Yesterday, Mayor Bloomberg announced that that the city would be raking in $70 billion from tourists four years from now, as the administration and NYC & Company continue to ramp up tourism to the city. Spending last year amounted to $32.5 billion, and $48.5 billion in economic impact, from a record 50.5 million tourists.
This got The Observer thinking, and, as often happens when we get to thinking, we we got to worrying.
At current rates, wouldn’t it take, given diminishing returns, another 25 million tourists or so to reach the target spending levels by 2015? Think Times Square and the Brooklyn Bridge are bad now? Imagine them 50 percent more crowded. Oh, the humanity. (There would certainly be a lot of humanity around.)
But it turns out we had it backwards. This is not a case of diminishing returns but compounding ones.
By attracting a mere 55 million visitors by 2015, the city can reach its goal of $70 million in economic impact by then—so long as it is attracting the right visitors. Kimberly Spell, chief communications officer for NYC & Co., helped break it down for us.
Out of that 55 million we are targeting and selling destination to international travelers who spend more money than our domestic visitor.
In that international group we are super focused on the new emerging markets where the traveling populations have grown and are spending more on their vacations (i.e. Brazilians are making out like gangbusters buying up electronics, small appliances, etc. on their visits).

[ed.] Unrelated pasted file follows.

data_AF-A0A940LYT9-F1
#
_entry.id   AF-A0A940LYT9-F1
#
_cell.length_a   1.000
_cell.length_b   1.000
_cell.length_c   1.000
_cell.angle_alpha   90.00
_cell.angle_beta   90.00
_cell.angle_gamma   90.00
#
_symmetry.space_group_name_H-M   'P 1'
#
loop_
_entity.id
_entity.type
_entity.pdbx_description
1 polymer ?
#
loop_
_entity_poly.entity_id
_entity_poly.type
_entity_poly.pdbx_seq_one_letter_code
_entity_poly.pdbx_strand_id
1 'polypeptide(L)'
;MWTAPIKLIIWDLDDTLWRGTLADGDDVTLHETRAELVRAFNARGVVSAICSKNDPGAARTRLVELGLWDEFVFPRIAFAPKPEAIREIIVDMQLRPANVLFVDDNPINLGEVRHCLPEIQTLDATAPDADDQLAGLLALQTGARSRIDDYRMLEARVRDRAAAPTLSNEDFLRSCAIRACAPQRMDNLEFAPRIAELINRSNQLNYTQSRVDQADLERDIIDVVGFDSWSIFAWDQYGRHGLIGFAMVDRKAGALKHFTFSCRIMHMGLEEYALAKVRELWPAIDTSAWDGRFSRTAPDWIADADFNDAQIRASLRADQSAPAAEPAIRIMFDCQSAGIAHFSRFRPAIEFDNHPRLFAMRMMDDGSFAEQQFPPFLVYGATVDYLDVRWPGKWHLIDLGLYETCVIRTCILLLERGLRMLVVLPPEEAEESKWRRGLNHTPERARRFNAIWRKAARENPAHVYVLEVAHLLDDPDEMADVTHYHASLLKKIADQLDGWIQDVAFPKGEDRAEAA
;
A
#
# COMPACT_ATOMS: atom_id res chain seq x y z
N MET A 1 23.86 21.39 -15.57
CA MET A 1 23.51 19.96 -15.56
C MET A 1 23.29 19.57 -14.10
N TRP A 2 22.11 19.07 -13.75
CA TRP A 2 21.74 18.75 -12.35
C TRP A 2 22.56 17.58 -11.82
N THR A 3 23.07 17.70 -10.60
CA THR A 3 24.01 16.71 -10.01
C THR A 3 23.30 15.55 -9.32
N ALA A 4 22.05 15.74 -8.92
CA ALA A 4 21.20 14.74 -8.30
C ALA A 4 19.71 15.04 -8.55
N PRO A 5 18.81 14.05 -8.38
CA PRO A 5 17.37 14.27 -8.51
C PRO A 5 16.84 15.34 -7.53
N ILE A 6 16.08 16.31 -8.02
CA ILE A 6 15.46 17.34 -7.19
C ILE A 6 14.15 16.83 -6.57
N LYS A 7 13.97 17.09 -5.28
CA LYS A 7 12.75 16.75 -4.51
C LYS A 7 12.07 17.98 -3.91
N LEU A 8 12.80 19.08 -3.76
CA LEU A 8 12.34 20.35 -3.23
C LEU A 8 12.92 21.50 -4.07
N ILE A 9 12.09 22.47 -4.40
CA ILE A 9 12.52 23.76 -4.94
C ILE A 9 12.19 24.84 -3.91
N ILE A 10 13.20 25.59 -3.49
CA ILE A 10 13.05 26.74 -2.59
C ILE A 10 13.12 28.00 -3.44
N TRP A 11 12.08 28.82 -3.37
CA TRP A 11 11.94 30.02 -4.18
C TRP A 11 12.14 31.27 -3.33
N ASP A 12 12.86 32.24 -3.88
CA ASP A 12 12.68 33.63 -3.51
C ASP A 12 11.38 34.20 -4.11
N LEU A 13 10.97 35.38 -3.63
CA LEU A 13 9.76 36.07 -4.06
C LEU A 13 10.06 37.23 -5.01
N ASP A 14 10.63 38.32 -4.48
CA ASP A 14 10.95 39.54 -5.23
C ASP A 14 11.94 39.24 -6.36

Add in cost of inflation, factored with strength of the dollar and rising costs of our goods (think shopping) into a complex economic model across our 18 markets (where we run tourism and press offices), and we get the new projections.
Those projections are below, and as they show, the growth in tourists may not be as horrifying as the typical(ly stuck-up) New Yorker might think. Tourism grew by 5 million visitors between 2005 and 2008, roughly the same time horizon currently being targeted, and would have continued to rise but for the recession in 2009. In fact, tourism totally recovered within a year and continued its march upward—toward the Empire State Building observation deck, no doubt.
What is more interesting about the numbers is how the spending per-tourist has risen over the time period, and how it tracks with the number of international visitors. In 2005, there were 35.8 million domestic tourists and 6.8 million international tourists, who spent $24.3 billion with $36.1 billion in economic impact. Last year saw 40.3 million U.S. tourists, 10.3 million foreigners, and $48.5 million in economic impact. By 2015, the administration projects 43.2 million from over here, 12.7 million from over there, all spending $45 million, with $70 million in economic impact.
The increase comes from the types of good and services used, some of which like food and shopping, have a duplicative economic effect. As the administration pointed out in its announcement yesterday, every percentage point shift between domestic and foreign tourists nets the city an extra $600 million.
“These new projections illustrate just how important future visitors are to the City’s economic well-being and the essential role tourism plays in sustaining the energy and vibrancy of the five boroughs,” NYC & Company CEO George Fertitta said at a tourism conference in LA yesterday. “We have identified key growth markets and will be launching initiatives to keep our record-breaking momentum going through 2015 and beyond.”
Who knew Century 21 would be the key to the 21st Century New York City economy?